Amanda Peet is middle-aged and she’s not ashamed to admit that it’s messing with her. How could it not? She's been unemployed in Hollywood for a stretch. She's 44.
In a post published this week in Lenny (Lena Dunham’s millennial response to Gen-X Gwyneth Paltrow's Goop), Amanda Peet waxes poetic about disappointing herself, her daughters and feminism, all because of her vanity.
That is a large load to carry on her perfectly chiseled, yet narrow and feminine shoulders.
For those who are too young to know who Amanda Peet is, think Allison Williams 1.0. She is a Gen-X patrician—smart, beautiful, funny as hell. But in the entertainment industry, those qualities are not always enough to ensure success. She’s had a solid career, to be sure, but it hasn’t mirrored Meryl Streep’s.
And she seems painfully aware of that in her essay.
Her words are a mix of sibling rivalry, insecurity, yearning and regret. As a middle-aged woman myself, I feel her. I do. I want to both hug Ms. Peet, comfort her in her moment of crisis and, at the same time, slap her freely across the cheek, admonishing her to snap the hell out of it.
It is the cycle of life. Hakuna matata, ladies. Embrace it as best you can.
Making ourselves vulnerable online is old hat now. Hell, I’ve been doing it myself since 2007. Over-sharing is like the coal of the Internet steam engine, helping it chug, chug, chug along that information super highway. But, please, at some point, can we call Uncle?
Ms. Peet’s line in the sand is Botox. She wants to look younger, but she doesn’t want to look like she paid for it. She worries Botox would be her “gateway drug” into much more drastic measures to preserve her youth. As always, her humor is likable, relatable—one of the best things about her. She is unapologetically sardonic. Like her, it’s attractive.
But here’s the rub: We age. We are all mortals. We wrinkle and crack and sag and turn in ways we could not have imagined just 10 years before. It is the cycle of life. Hakuna matata, ladies. Embrace it as best you can. Own those wrinkles and stretch marks. If you notice a gray streak in your dark tresses, do as I did and pay your stylist to exaggerate it. It looks hot. I promise.
“But you’re just a middle-aged freelance writer sitting in your dining room,” you say, “You’re no Hollywood actress whose livelihood depends on looking fresh as a daisy. You’re not competing with 25-year-olds for work.” Touché, reader, touché. I am not, you are correct. But, like Amanda Peet, I am a gal in my mid-forties, a mother and a sister. I, like Amanda Peet, rage, a bit, against the dying of the light. I, like Amanda Peet, see those fine lines deepening in the face that stares back at me in the mirror, the bags beneath the eyes getting heavier with each passing year.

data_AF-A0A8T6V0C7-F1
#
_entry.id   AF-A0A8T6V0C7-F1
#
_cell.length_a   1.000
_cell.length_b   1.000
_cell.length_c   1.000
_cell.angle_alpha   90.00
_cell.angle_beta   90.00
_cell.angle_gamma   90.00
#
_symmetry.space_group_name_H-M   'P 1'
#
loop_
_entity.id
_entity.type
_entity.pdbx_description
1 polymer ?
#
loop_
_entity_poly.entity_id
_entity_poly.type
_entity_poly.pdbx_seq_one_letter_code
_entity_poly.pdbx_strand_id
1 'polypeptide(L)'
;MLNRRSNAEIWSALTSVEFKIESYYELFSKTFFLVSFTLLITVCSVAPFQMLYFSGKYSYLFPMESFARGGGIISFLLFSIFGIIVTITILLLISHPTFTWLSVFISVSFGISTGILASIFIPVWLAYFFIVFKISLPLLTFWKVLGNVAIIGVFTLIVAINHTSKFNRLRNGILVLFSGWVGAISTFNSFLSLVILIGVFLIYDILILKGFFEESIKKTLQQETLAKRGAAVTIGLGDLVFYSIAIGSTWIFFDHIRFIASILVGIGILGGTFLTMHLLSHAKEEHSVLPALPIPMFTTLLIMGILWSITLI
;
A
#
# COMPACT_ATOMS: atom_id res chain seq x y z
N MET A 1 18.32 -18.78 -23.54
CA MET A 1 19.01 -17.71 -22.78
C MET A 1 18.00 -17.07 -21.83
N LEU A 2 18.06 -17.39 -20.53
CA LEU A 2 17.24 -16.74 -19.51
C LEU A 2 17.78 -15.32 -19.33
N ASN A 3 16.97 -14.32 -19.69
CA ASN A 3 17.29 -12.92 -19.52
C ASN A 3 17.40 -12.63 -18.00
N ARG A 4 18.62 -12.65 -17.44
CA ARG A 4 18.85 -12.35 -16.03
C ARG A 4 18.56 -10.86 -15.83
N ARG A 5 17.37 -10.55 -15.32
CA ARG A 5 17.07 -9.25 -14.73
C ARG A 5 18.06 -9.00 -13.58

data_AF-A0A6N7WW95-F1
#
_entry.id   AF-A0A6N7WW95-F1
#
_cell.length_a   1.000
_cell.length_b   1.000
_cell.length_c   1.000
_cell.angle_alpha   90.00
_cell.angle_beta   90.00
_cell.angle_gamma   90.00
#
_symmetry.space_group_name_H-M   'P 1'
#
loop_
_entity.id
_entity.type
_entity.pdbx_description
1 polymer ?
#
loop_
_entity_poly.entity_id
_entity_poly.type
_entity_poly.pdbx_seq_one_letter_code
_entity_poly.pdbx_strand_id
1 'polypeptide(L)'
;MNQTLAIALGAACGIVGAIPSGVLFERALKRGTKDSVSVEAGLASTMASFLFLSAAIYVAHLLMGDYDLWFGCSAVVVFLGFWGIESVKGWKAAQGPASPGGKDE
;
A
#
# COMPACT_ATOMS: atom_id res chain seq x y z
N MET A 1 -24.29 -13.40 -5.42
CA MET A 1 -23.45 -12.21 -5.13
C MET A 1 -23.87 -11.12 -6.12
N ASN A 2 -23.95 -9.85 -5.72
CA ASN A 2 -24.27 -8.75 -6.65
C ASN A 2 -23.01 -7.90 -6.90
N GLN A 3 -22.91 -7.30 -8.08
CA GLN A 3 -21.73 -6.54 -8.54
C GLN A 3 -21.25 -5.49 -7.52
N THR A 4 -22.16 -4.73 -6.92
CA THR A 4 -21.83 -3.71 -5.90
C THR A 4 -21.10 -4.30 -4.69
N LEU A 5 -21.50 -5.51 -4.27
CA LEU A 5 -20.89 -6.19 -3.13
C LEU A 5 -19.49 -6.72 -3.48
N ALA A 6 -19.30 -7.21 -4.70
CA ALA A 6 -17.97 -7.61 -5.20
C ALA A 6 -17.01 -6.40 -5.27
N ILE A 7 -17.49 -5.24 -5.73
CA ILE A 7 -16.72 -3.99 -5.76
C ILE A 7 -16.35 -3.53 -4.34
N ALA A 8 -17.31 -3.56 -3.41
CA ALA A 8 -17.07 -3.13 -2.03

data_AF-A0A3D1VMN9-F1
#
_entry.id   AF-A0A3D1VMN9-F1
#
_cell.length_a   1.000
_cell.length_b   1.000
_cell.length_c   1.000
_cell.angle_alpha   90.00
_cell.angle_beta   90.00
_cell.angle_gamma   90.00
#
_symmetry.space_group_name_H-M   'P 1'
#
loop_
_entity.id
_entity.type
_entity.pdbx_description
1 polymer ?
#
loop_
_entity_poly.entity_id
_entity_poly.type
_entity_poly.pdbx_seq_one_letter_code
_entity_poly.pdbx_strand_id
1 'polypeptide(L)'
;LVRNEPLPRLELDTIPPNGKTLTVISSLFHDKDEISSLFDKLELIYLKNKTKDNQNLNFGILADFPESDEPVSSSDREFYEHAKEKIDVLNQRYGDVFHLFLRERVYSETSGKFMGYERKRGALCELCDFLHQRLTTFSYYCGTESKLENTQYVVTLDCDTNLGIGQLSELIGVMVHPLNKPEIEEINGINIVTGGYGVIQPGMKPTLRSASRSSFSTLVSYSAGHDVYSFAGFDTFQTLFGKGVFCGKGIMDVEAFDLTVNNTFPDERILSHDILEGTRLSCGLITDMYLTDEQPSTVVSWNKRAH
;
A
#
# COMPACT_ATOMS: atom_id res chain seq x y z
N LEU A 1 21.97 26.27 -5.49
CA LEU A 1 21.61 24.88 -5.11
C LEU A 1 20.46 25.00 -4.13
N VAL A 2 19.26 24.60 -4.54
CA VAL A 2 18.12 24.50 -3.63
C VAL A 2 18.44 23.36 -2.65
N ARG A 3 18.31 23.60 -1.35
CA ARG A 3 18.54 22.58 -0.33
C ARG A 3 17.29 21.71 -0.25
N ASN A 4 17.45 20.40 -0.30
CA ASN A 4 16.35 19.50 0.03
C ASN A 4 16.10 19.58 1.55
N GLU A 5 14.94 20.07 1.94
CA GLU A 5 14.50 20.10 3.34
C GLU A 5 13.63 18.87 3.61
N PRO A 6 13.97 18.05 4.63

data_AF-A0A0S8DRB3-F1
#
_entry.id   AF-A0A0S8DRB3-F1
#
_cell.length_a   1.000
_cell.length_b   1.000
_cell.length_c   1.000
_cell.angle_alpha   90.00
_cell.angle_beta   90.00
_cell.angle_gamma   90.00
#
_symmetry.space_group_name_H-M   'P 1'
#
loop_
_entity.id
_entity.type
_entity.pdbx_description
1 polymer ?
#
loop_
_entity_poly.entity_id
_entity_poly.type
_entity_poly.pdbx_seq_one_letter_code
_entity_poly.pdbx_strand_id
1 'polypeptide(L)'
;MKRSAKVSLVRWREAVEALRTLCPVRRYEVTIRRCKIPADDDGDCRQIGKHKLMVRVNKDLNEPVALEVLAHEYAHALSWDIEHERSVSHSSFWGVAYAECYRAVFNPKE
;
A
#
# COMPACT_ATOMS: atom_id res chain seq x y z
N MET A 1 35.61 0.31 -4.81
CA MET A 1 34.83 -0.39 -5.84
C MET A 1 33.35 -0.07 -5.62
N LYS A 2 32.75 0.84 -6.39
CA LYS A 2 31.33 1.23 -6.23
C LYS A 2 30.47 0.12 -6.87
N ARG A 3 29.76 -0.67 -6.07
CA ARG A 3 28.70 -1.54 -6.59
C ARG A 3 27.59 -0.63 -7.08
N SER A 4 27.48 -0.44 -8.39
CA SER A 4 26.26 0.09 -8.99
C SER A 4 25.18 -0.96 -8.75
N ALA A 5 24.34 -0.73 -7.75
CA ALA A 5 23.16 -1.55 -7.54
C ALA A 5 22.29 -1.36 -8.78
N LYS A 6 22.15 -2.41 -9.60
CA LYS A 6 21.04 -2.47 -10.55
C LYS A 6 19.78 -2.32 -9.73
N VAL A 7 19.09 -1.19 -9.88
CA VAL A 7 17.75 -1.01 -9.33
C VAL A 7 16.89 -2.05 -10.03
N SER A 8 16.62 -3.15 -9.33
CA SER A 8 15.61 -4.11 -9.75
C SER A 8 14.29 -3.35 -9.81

What I hope for all women, those of us in our forties and those of us in our twenties, those of us changing the world through diapers or through research or through policy, own it.
It all kind of sucks, I know.
Where Ms. Peet lost me was in the comparison to her sister—an accomplished doctor. Actually, not just a doctor, but “the associate dean of clinical education, director of medicine clerkship, and associate professor of clinical medicine at a major urban hospital,” as she describes her. To see her compare herself to her sister, both as a human and as a mother, just made my heart ache. The fact that she felt she needed to add that her sister owns just four pairs of shoes, “all vaguely orthopedic,” was the kind of sisterly dig I recognize from my own life. Except I know to keep that shit offline.
What I hope for all women, those of us in our forties and those of us in our twenties, those of us changing the world through diapers or through research or through policy, own it. Own the choices you have made. Own the path you have taken. If you don’t like those choices or that path, make different choices and find a new path.
It is never too late to shape who you are. It’s hard, of course, cause nothing in life is easy, no matter if you are a Hollywood actress or a doctor, but it’s yours, that life. Regrets won’t help you. And those same regrets will age you a hella lot faster than you realize, in ways Botox could never touch.